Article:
Now that I have used the Dragon Dictation iPhone/iPod app for a couple weeks, the honeymoon is over. I have found its weaknesses and come up with a wish list for an upgrade. I still think Dragon Dictation is the best voice-to-text transcription mobile app — but if you do any editing, it is a w-a-a-a-y too slow a process for blog posts or much of anything beyond a paragraph. But, then again, at least it provides a possible way to keep blogging if, like me, you have a hand injury and would be out of the blogosphere otherwise.

Continue Reading “Second thoughts on voice-to-text blogging from my iPod Touch with Dragon Dictation — and my Wish List for an upgrade”

Good Migrations: Blogger’s Checklist for moving from hosted to self-hosted WordPress blog

Wow, chickadees am I exhausted! I just finished migrating my hosted WordPress blog over to the wide open spaces of my brand-new website and transformed it into a self-hosted blog.

Sitting here in the middle of all my packing boxes (LOL), I thought I would take a few minutes to document the process of this migration — from hosted to self-hosted WordPress blog — in case any of you are contemplating such a move. WordPress offers its own suggestions here, but this post will be more of a personal account.

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Blogging by Voice: Part 1 – Voice-to-Text Blogging on Your iPod! (via Dragon Dictation 2.0 mobile app for iPhone/iPod)

Hello, chickadees. Here I am sitting in my jammies, with my cup of coffee, and my hurt hand. In case you are wondering why you haven’t heard very much from me lately, it’s because I need to rest my hand. I thought, sadly, that my blogging days were over for awhile. But guess what? I’m ba-a-a-a-ck!

Today I am going to tell you how to blog even if you, like me, have a hurt hand and cannot type very well. All you need is an iPhone or an iPod Touch, a WordPress blog, a microphone-enabled earphone, plus a newly revised totally cool — and free! — iPhone app called Dragon Dictation 2.0, available through the Apple iTunes store. Or read more about it and download it at the provider Nuance’s mobile app site here and more info on their blog here. The revised version of this app was just released two weeks ago — perfect timing for me.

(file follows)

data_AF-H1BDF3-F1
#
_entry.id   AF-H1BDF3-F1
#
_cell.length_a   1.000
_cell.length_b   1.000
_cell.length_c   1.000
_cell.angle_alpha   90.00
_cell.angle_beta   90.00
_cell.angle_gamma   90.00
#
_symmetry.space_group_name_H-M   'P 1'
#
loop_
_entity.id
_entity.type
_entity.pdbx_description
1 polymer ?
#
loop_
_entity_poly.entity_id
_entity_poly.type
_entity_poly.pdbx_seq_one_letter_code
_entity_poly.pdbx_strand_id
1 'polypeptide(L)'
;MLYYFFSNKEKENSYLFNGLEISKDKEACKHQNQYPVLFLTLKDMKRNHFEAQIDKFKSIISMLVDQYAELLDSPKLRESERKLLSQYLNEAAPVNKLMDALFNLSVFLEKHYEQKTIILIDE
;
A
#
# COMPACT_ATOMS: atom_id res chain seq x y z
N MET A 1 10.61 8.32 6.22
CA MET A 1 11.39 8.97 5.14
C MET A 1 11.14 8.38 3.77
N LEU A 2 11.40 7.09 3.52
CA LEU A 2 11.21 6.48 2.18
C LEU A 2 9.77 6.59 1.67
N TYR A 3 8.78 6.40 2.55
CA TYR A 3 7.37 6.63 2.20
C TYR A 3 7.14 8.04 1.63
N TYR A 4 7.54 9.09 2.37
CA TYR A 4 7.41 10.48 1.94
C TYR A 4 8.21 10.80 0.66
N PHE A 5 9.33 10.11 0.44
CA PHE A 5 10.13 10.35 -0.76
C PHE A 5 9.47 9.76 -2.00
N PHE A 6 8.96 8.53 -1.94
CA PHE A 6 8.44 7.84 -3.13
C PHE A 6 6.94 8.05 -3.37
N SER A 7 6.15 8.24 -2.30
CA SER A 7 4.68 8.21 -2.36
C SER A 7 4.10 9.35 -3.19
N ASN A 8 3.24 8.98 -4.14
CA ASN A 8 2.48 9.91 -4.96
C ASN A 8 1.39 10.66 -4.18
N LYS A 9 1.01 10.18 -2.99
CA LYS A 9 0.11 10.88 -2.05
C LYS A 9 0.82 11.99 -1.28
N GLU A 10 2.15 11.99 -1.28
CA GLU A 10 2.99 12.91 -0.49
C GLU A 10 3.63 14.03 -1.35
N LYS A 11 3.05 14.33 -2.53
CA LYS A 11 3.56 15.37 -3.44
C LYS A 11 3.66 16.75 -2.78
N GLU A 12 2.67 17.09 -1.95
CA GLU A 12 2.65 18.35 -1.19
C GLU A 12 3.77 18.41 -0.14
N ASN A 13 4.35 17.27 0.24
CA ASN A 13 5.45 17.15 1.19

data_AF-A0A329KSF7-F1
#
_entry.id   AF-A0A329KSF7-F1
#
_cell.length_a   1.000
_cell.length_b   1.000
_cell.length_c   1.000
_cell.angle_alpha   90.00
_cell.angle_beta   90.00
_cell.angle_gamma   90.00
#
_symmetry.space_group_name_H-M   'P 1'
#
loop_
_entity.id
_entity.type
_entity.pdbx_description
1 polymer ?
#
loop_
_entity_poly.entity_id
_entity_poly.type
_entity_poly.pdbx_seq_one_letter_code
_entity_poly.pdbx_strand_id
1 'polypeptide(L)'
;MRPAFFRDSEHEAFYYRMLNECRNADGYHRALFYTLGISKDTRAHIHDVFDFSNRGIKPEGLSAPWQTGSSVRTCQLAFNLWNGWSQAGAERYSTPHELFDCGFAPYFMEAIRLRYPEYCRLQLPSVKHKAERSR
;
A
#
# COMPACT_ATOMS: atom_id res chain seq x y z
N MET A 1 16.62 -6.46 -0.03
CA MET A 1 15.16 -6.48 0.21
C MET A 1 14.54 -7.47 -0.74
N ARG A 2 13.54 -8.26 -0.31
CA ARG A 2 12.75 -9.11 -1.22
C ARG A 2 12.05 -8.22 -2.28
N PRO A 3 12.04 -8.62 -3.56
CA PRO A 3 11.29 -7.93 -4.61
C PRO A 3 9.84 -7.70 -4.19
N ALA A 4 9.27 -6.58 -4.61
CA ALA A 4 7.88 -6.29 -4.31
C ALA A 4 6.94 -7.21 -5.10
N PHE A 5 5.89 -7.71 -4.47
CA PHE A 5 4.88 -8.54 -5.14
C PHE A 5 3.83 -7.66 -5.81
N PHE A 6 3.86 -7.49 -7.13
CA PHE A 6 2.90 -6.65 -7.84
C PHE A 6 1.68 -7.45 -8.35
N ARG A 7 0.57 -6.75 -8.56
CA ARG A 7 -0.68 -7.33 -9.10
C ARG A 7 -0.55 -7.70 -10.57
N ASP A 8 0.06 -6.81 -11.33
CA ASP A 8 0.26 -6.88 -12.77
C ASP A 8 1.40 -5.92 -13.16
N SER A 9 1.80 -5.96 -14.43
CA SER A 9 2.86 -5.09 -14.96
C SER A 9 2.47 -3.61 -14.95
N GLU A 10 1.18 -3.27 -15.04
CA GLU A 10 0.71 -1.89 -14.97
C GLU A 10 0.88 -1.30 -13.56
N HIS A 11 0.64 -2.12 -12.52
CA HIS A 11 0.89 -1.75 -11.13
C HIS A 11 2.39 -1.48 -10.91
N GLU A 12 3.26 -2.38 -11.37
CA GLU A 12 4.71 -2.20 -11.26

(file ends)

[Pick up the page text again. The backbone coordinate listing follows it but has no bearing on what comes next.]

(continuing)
Continue Reading “Blogging by Voice: Part 1 – Voice-to-Text Blogging on Your iPod! (via Dragon Dictation 2.0 mobile app for iPhone/iPod)”

Blogging by Voice: Part 2: Edit by Voice on Your iPod Touch/iPhone in Dragon Dictation 2.0 mobile app

This is part of my series on Blogging by Voice, using the newly updated (July 23, 2010) Dragon Dictation 2.0 iPhone/iPod on  a WordPress blog. This app has helped me keep blogging with an injured hand! I have dictated all posts in this series using Dragon Dictation, and edited them by voice (tidied up with a little hand editing to insert links, headlines, graphics, and the like).

Posts in this series:

Part 1 -Voice-to-Text Blogging on Your iPod! (via Dragon Dictation 2.0) – overview

Part 2 -Edit by Voice on Your iPod Touch/iPhone in Dragon Dictation 2.0 mobile app

Part 3-Tell Your Blog What to Do! (Syntax  commands for Dragon Dictation 2.0 mobile app for iPod/iPhone)

Part 4-Edit by Touchscreen Keyboard on Your iPod Touch/iPhone in Dragon Dictation 2.0 mobile app

This post will explain how to use the app’s fabled “voice-driven correction interface.” With a hand injury, I was tantalized with the promise of voice-driven editing, but nowhere could I find it explained. After much experimentation, I finally figured it out, so I thought I would pass some tips along.

Continue Reading “Blogging by Voice: Part 2: Edit by Voice on Your iPod Touch/iPhone in Dragon Dictation 2.0 mobile app”

Blogging By Voice: Part 3 – Tell Your Blog What to Do! (Syntax commands for Dragon Dictation 2.0 mobile app for iPod/iPhone)